Why #49: He already played in the major leagues so he has what it takes to pitch in the big leagues, but even if he didn’t go to Japan I simply didn’t see much upside and wasn’t sure how he fit into the Dodgers future plans now that he is 28 year old.

 

48.  Justin Sellers, SS (90 games in AAA, 24 games in HiA in 2010)

Acquired via trade with Cubs in April 2009

5’10”, 160 lbs, 25 years old, bats right handed

.279 average, .815 OPS, 14 HR’s, 68 RBI’s, 7 SB’s

Pre 2010 Rank: 75;     Pre 2009 Rank: N/A

 

Originally selected by Oakland in the 6th round of the 2005 draft, Justin Sellers was traded to the Cubs in February of 2009 for Michael Wuertz.  He was then traded to the Dodgers for an undisclosed amount of cash.  Sellers ended up hitting a solid .280 for the Lookouts in 2009, but didn’t show any power as he had just two homers.  He was then demoted to HiA for the beginning of the 2010 season, and only hit .260 for the 66ers in 24 games.  Nevertheless, when Chin-lung Hu got injured Sellers was the one to replace him at shortstop in AAA and that is where the magic began.  Despite coming into the 2010 season with just 17 career homers in 5 minor leagues seasons, Sellers managed to slug 14 jacks with the Isotopes and posted a .867 OPS.  In addition, he hit .285 and walked nearly as much as he struck out.  Like many other Albuquerque players Justin was aided by the hitter friendly home ballpark, but even still he had a very impressive season.  When you look a little deeper into his background, however, you’ll realize that Sellers big season wasn’t as big of a surprise as first thought.  Sellers was named by Baseball America as currently having the best strike zone discipline in the Dodgers organization, and was in their top 30 from 2006 through 2008, peaking at #9 in the 2006 version of the book.  He is also the son of former big league pitcher Jeff Sellers, so he has the great bloodlines.  In addition, before he was drafted some scouts thought that Sellers would have been a late first round pick if he had been just a few inches taller.  Always known for his strong defense up the middle, Justin’s bat was what was keeping him from the big leagues.  Now that he’s shown he can hit advanced pitching, the Dodgers seem to have placed more confidence in Sellers heading into 2011.  Not only did the Dodgers trade Hu, but they also invited Justin to big league spring training.  Since Dee Gordon isn’t quite ready to play in the big leagues, my guess would be that Sellers would be next in line for the Dodgers shortstop position in 2011 should injuries hit the big league club.  I still don’t think Sellers has a very high ceiling nor do I believe he’ll ever be the Dodgers starting shortstop for a long period of time, but I wouldn’t be surprised if he eventually gets added to the 40 man roster and fills the Chin-lung Hu role for a season or two.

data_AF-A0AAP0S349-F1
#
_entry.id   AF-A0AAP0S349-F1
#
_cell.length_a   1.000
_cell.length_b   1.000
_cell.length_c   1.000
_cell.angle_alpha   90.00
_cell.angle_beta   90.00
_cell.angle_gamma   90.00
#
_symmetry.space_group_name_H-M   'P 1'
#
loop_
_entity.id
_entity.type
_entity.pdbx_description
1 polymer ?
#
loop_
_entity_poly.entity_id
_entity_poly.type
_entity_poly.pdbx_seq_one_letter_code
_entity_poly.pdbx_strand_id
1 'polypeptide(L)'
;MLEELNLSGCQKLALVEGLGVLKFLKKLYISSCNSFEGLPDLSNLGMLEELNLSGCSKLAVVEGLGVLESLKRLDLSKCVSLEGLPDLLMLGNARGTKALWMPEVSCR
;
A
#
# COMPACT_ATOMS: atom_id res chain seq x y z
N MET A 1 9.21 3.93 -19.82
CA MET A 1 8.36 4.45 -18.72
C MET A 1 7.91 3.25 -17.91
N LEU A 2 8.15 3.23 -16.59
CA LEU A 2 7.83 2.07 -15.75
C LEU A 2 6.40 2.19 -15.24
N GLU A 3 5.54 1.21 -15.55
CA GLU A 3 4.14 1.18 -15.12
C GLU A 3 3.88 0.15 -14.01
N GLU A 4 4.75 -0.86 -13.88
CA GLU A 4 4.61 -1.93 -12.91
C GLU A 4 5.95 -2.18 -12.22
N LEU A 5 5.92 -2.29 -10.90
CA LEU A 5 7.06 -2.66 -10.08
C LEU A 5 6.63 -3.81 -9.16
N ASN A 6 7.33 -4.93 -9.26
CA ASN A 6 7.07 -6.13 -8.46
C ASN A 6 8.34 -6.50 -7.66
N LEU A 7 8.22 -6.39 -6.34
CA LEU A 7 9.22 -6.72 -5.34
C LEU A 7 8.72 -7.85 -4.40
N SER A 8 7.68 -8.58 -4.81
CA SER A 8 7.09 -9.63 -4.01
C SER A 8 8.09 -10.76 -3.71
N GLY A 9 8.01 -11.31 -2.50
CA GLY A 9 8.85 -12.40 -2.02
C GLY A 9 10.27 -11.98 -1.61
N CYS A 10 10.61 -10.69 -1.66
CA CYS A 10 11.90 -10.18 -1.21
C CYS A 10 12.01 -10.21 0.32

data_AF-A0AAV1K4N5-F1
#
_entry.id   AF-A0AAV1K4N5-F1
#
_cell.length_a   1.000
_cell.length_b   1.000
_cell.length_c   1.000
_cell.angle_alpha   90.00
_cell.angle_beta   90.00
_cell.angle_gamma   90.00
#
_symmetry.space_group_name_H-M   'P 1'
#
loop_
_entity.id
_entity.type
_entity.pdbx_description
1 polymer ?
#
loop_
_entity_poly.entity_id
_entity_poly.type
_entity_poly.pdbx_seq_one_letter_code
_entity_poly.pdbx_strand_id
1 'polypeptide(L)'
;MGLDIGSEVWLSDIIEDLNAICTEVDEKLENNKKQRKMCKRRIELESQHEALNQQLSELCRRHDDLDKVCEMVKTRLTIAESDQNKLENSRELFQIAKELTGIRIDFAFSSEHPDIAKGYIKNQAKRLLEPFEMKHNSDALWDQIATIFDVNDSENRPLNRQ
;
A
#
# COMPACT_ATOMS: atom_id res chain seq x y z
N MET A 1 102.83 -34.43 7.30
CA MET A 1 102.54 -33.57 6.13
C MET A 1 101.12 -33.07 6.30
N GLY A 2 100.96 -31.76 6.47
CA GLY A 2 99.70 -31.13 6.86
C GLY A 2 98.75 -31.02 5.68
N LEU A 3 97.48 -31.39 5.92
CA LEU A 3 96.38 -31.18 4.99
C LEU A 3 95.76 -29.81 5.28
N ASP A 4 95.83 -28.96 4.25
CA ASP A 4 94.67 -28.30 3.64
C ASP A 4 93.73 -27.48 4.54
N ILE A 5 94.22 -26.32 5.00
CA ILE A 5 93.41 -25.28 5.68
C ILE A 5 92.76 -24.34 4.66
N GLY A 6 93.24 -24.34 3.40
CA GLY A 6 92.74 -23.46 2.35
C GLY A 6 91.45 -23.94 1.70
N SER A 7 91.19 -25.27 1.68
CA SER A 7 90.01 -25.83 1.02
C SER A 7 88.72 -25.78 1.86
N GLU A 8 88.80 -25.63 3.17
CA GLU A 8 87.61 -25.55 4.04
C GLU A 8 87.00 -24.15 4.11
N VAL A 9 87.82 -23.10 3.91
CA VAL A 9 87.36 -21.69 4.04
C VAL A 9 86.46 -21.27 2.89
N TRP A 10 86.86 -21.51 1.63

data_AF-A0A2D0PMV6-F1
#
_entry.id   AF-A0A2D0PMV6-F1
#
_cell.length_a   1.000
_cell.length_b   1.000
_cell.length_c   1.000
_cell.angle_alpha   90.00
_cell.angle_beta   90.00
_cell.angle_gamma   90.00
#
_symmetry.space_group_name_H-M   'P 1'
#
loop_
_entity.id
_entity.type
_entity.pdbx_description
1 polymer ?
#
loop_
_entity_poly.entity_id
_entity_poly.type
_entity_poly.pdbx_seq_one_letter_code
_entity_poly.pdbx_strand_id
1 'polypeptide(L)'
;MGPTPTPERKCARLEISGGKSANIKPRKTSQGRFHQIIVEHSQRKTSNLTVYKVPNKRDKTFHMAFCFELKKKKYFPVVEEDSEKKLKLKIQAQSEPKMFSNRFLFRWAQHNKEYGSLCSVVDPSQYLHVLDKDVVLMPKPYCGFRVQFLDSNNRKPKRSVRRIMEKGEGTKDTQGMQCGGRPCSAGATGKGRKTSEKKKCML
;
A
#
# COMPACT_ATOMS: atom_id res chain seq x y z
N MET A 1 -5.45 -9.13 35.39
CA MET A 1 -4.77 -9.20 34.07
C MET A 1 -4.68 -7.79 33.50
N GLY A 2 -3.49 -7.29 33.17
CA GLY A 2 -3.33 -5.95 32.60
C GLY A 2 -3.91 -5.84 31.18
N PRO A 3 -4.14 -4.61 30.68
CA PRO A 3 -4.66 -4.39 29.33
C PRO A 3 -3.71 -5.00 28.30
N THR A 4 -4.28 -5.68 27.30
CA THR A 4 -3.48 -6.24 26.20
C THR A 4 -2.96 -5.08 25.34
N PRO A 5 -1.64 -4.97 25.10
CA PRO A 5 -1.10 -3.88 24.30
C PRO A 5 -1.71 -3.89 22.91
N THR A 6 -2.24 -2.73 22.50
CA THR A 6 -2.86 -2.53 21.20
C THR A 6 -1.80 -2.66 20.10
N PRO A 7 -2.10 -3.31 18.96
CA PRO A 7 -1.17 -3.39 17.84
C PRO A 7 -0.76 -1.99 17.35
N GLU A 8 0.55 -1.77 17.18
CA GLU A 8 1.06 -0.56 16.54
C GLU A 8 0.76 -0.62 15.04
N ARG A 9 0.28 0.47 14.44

Why #48: I expect Sellers to make it to the big leagues one day as a backup infielder, but that is really his ceiling as he has limited upside at the big league level.  He could be the Dodgers next Chin-Lung Hu.

 

47.  Luis Vasquez, RHP (40.1 IP in LoA in 2010)

Signed by Dodgers 10/20/03

6’4”, 192 lbs, 25 years old

3-2, 2.68 ERA, 1.24 WHIP, 4.14 FIP, 8.70 K/9

Pre 2010 Rank: 174;     Pre 2009 Rank: 130

 

When I did my rankings last year, I had no idea Vasquez could throw 99 mph.  If I had known that, I definitely would have ranked him higher.  That being said, the fact that Luis Vasquez was added to the 40 man roster in November was still one of the most surprising Dodger moments of 2010.  I know that he posted a strong ERA and batting average against with the Loons in 2010, but he was also one of the older players in the Midwest League, did not have good peripheral stats in 2010, and has terrible career stats.  Vasquez is extremely wild, and has a career walk rate of 6.1 walks per 9 innings.  He also gives up a lot of home runs, and has a career K/9 of just 6.60.  Stats aside, Vasquez does have a fastball can reach into the upper 90’s and has an ideal pitcher’s frame, so obviously that is what the Dodgers were looking at when they added him to their 40 man roster.  But even still, there is no way that another team would have selected Vasquez in the Rule 5 draft had he been left unprotected.  One good thing about him being on the 40 man roster, however, is that now he will get more of a chance to work with major league coaches.  Hopefully these coaches will be able to teach him better control of his 99 mph, which could turn the soon to be 25 year old into a legitimate prospect in 2011.  With a full season of LoA under his belt, combined with stops in HiA in previous seasons, I’m guessing that Vasquez will be ready for AA next year.